I’m asking a lot of questions here I know … but then again it is when we stop challenging those truths officials serve us that we will truly lose all power over our collective future.

Let’s look at facts for a second: Turkey’s first reaction to the Istanbul bombing was to shut down foreign media, arguing national security. Here is that word again, national security - conveniently timely I would say.

An official statement posted on Twitter offers the following by way of an explanation: “According to article 7 of the law governing TV Establishment and Broadcast Services no 6112/dated 15.02.2011, it is stated that broadcasts can be halted due to situations which threaten national security and disturb public peace. Due to the blast in Sultanahmet Square on 12.02.2016 fitting this description, it has been deemed necessary to put a broadcast plan in place.”

Amid growing internal tensions and international criticism over Turkey’s handling of its Kurdish dossier, President Recep Erdogan finds a way to completely cut off his country from the rest of the world. If that’s not impeccable symmetry, I don’t know what is.
There is another layer to this attack which simply does not sit right with me - at this stage anyway, and that is how very much an attack on Turkish soil serves Ankara’s regime’s immediate geopolitical interests.

On the day of the attack President Erdogan unwittingly revealed his hand when he accused both Russia and Iran of “preparing the ground to create a 'boutique' Syrian state around the northern province of Latakia.”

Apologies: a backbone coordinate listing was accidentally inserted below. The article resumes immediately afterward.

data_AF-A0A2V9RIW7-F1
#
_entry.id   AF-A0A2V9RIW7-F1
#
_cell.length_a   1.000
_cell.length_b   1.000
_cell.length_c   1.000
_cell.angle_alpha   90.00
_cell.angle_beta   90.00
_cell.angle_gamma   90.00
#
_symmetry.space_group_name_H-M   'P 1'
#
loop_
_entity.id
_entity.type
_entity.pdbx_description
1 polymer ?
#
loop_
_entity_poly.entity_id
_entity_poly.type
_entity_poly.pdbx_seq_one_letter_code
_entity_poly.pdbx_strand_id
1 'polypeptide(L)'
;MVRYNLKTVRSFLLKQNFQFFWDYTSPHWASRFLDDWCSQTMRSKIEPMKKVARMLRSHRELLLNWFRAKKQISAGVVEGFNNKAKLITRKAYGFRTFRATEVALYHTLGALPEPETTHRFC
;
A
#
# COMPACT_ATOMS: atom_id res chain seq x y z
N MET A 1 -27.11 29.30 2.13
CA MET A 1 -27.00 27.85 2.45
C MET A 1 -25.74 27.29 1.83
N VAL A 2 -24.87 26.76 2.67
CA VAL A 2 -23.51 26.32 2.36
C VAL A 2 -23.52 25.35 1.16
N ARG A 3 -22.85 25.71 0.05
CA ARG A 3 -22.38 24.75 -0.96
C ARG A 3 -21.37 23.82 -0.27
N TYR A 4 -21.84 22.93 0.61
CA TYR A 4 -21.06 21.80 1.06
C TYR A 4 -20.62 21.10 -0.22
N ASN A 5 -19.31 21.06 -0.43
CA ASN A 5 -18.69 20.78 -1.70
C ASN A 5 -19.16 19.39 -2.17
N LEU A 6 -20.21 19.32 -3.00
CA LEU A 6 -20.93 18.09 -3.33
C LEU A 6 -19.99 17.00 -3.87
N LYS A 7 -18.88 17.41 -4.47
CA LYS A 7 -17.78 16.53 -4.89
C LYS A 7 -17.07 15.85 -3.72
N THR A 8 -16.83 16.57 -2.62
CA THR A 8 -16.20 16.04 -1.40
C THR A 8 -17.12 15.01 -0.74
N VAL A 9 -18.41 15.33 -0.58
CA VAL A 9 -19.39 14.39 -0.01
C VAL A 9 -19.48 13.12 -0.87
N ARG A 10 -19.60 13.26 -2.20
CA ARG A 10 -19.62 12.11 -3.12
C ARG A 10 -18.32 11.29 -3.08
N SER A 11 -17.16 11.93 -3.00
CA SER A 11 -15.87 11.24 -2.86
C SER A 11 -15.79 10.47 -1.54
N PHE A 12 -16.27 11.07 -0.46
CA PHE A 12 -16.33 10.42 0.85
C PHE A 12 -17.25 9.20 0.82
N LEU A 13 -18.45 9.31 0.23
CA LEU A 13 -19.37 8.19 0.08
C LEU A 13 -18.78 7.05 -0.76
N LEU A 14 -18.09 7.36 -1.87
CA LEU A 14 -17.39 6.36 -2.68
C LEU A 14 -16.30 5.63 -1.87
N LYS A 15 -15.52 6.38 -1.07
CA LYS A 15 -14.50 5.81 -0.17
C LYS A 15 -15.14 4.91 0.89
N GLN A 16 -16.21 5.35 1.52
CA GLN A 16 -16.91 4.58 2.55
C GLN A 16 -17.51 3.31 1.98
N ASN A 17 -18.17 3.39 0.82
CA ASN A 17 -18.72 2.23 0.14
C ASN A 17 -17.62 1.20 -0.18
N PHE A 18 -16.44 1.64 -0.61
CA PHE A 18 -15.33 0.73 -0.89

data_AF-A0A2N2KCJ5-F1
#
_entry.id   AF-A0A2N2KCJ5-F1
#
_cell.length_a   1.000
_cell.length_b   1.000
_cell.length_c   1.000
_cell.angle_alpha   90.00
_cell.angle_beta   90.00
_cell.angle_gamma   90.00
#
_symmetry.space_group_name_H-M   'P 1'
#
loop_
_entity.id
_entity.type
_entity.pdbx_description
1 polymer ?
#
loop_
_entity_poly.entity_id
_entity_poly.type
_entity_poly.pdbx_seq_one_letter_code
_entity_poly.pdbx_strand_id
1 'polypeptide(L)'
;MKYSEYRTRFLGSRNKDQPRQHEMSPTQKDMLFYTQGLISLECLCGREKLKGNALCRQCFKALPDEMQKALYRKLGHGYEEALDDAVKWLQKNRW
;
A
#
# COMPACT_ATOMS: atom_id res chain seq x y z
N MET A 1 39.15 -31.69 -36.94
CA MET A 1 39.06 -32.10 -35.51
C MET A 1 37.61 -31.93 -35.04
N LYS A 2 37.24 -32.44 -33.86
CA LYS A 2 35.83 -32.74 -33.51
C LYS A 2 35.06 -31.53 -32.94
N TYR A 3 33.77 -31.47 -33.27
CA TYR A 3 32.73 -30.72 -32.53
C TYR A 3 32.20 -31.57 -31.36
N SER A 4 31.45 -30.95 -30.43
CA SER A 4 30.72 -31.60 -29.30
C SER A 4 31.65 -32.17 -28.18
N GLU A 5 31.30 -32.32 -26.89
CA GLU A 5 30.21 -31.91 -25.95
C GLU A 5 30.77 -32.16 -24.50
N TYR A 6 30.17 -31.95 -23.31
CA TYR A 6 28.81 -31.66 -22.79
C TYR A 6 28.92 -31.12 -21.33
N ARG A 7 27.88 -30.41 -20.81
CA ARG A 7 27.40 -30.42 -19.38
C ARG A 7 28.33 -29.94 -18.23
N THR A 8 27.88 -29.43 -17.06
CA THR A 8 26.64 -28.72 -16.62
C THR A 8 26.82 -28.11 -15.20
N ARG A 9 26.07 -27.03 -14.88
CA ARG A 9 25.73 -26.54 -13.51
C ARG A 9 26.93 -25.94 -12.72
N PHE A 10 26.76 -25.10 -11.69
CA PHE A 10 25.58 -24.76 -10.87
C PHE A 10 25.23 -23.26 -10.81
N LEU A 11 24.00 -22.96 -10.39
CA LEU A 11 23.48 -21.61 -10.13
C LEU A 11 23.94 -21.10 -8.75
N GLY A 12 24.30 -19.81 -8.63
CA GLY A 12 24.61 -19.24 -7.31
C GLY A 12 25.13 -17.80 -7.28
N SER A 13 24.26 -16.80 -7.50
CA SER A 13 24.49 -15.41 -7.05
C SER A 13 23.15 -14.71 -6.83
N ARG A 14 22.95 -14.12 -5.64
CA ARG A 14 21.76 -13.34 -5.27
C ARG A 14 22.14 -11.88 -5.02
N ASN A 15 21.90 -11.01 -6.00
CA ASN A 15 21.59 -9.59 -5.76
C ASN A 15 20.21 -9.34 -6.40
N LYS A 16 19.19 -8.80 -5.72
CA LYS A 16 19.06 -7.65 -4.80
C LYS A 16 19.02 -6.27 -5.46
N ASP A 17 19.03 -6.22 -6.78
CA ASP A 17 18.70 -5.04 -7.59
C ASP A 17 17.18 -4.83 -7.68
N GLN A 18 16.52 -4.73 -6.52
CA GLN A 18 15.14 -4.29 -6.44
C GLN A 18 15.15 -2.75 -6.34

What Erdogan is really saying is that Tehran and Russia are challenging his hegemonic ambitions in the region: i.e. the annexation of Syria, and then gradually the region.
Whether or not the Istanbul terror attack was actually carried out by ISIS, and whether or not Turkey’s elite had a hand in it, it appears clear Erdogan will absorb world sympathies to frame a new anti-Iranian, anti-Russian rhetoric; arguing that counter-terrorism needs to be defined by and confined to “Western” standards.

Apparently Russia and Iran are flaring up sectarian tensions … funny since they aren’t the one waving sectarian adjectives around or chopping people’s heads on account of their religious denominations.

Will Turkey be worse for wear as a result of the Istanbul attack? Absolutely … but then again it is only the people who will ever really feel the pinch, while the oligarchy will unlikely blink at the loss the tourism industry will suffer.

As for European states’ decisions to issue a travel alert on Turkey - read not genuine concern, but rather the demonization of the Middle East, this cesspit for all things violent and uncivilized.

We often view our officials’ policies through the assumption that their decisions and “political visions” are framed within national interests ...this is a fantasy. Powers such as Turkey only serve the interests of the powerful.

And if it is still much too early to quantify and qualify Istanbul’s terror tragedy, it will most certainly be exploited by the authorities - especially now that they have claimed ownership of the truths they will deliver their audience.

The statements, views and opinions expressed in this column are solely those of the author and do not necessarily represent those of RT.